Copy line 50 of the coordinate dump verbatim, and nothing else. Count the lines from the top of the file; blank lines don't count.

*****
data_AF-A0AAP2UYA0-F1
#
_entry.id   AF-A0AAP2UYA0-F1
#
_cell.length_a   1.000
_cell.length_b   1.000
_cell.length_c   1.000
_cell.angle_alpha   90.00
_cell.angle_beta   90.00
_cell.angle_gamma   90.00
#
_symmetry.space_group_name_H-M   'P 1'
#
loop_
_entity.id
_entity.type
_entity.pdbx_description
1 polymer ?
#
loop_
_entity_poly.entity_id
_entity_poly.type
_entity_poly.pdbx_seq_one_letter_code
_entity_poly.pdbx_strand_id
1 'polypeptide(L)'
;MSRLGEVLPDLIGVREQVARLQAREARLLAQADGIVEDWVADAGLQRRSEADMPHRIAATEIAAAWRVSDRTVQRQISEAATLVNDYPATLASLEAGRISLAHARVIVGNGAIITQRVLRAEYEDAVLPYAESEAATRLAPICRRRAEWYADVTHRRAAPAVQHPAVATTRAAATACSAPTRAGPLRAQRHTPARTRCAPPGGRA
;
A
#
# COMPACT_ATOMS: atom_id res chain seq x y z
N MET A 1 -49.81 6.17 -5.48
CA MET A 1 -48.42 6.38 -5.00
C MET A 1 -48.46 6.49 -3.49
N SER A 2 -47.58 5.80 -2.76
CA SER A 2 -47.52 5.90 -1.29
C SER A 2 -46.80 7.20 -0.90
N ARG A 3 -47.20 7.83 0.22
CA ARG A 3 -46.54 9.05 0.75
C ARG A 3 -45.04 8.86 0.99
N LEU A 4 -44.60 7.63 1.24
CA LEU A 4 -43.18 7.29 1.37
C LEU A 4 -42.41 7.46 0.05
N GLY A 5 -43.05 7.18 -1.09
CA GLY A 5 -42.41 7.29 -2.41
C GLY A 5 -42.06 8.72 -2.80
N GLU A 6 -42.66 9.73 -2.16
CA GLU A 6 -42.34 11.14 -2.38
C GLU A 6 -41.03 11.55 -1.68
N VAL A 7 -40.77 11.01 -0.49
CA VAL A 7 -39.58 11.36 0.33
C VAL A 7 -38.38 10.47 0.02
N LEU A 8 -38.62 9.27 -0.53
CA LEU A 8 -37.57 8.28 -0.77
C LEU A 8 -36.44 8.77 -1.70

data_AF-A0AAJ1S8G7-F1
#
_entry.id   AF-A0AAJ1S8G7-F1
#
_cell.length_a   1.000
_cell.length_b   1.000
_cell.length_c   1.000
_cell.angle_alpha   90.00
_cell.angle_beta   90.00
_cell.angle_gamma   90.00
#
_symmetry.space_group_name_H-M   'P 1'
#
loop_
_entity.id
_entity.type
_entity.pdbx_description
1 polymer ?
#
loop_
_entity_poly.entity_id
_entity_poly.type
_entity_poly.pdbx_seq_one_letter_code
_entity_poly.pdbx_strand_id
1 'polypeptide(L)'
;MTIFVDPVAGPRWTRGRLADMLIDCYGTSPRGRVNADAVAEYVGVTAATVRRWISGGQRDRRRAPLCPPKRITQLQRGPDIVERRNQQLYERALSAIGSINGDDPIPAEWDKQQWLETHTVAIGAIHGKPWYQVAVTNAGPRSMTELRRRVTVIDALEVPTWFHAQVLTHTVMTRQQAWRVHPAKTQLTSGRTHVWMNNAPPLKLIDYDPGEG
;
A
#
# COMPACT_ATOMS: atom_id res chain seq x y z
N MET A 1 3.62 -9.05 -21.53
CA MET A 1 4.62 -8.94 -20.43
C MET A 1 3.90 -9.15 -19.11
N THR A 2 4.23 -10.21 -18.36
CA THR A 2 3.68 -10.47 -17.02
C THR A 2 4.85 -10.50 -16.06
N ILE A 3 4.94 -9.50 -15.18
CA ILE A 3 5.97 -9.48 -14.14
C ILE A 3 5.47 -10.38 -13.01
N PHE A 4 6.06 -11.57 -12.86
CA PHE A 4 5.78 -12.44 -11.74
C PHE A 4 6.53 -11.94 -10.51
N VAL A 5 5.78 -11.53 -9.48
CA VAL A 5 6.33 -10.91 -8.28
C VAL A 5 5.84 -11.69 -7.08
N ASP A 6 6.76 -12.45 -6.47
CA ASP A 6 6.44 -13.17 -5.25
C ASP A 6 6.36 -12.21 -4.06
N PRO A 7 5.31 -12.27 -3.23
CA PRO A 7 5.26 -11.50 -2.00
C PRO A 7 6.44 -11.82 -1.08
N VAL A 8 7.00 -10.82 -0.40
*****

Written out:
CA VAL A 7 -39.58 11.36 0.33